Louise de la Valliere
Showing the Advantage of Having Two Strings to One's Bow.
Manicamp quitted the king's apartment, delighted at having succeeded so well,
when, just as he reached the bottom of the staircase and was passing a
doorway, he felt that some one suddenly pulled him by the sleeve. He turned
round and recognized Montalais, who was waiting for him in the passage, and
who, in a very mysterious manner, with her body bent forward, and in a low tone
of voice, said to him, "Follow me, monsieur, and without any delay, if you
"Where to, mademoiselle?" inquired Manicamp.
"In the first place, a true knight would not have asked such a question, but would
have followed me without requiring any explanation."
"Well, mademoiselle, I am quite ready to conduct myself as a true knight."
"No; it is too late, and you cannot take the credit of it. We are going to Madame's
apartment, so come at once."
"Ah, ah!" said Manicamp. "Lead on, then."
And he followed Montalais, who ran before him as light as Galatea.
"This time," said Manicamp, as he followed his guide, "I do not think that stories
about hunting expeditions would be acceptable. We will try, however, and if need
be - well, if there should be any occasion for it, we must try something else."
Montalais still ran on.
"How fatiguing it is," thought Manicamp, "to have need of one's head and legs at
the same time."
At last, however, they arrived. Madame had just finished undressing, and was in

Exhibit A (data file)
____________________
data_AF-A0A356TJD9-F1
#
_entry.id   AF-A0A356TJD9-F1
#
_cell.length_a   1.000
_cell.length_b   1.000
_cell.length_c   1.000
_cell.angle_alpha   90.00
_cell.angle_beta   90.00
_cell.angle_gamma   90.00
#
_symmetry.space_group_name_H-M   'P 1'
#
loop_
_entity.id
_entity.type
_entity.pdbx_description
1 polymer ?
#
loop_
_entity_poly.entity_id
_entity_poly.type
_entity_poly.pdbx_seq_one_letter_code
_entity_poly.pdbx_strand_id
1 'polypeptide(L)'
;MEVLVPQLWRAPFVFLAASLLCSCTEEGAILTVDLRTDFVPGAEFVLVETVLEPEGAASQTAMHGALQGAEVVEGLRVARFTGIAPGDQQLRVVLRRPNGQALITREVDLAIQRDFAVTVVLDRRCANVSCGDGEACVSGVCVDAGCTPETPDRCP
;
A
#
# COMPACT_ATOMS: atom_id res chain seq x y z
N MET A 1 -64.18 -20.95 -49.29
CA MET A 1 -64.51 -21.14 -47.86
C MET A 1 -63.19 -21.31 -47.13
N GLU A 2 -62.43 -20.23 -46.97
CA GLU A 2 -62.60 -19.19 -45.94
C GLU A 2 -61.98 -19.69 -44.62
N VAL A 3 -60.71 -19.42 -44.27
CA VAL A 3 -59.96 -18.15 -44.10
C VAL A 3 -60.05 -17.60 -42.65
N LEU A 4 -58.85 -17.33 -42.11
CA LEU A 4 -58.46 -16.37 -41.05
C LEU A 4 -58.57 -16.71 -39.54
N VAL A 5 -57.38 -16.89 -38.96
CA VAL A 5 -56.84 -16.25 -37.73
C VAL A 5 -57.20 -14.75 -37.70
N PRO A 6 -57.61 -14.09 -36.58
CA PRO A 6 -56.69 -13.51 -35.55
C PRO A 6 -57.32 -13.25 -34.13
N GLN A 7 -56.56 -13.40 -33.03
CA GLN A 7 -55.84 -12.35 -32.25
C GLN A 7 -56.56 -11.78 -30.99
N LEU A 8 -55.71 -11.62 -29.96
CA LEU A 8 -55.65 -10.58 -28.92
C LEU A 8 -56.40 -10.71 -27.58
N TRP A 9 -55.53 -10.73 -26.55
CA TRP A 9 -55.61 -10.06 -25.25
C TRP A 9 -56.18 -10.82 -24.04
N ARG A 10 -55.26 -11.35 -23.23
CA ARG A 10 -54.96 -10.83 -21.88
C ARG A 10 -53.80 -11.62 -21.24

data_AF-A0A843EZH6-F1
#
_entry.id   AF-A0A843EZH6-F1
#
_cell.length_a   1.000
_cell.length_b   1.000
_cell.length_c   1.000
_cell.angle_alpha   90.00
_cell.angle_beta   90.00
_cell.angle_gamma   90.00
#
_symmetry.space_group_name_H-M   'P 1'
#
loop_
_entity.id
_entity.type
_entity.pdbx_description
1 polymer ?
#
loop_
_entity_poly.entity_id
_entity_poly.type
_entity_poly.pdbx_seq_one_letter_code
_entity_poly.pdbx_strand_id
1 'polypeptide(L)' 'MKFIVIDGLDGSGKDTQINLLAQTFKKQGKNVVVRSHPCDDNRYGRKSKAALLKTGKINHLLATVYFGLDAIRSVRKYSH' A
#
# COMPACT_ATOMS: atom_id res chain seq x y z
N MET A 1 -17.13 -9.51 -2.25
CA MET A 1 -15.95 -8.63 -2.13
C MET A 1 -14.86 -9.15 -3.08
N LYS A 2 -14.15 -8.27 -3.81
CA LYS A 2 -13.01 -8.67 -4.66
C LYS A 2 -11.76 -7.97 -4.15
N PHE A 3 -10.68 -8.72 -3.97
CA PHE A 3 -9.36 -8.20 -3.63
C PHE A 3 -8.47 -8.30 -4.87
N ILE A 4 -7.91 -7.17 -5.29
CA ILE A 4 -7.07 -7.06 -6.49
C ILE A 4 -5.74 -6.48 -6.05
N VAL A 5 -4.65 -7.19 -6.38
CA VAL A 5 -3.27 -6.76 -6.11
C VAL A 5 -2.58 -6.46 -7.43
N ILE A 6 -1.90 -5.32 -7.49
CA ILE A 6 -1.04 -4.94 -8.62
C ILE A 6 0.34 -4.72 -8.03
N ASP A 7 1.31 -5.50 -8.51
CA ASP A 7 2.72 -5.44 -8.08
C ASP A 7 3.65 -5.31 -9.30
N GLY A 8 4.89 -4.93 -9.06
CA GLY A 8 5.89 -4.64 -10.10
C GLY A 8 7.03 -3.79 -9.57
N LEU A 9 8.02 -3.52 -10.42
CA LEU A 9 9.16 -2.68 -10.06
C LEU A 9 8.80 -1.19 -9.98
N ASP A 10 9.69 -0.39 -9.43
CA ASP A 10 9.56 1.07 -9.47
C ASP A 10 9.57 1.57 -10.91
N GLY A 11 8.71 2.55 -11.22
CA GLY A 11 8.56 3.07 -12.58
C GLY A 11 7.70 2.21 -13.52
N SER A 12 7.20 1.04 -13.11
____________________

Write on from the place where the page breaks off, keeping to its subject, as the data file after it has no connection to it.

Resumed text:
a most elegant deshabille, but it must be understood that she had changed her
dress before she had any idea of being subjected to the emotions now agitating
her. She was waiting with the most restless impatience; and Montalais and
Manicamp found her standing near the door. At the sound of their approaching
footsteps, Madame came forward to meet them.
"Ah!" she said, "at last!"
"Here is M. Manicamp," replied Montalais.
Manicamp bowed with the greatest respect; Madame signed to Montalais to
withdraw, and she immediately obeyed. Madame followed her with her eyes, in
silence, until the door closed behind her, and then, turning towards Manicamp,
said, "What is the matter? - and is it true, as I am told, Monsieur de Manicamp,
that some one is lying wounded in the chateau?"
"Yes, Madame, unfortunately so - Monsieur de Guiche."
"Yes, Monsieur de Guiche," repeated the princess. "I had, in fact, heard it
rumored, but not confirmed. And so, in truth, it is Monsieur de Guiche who has
been thus unfortunate?"
"M. de Guiche himself, Madame."
"Are you aware, M. de Manicamp," said the princes, hastily, "that the king has the
strongest antipathy to duels?"
"Perfectly so, Madame; but a duel with a wild beast is not answerable."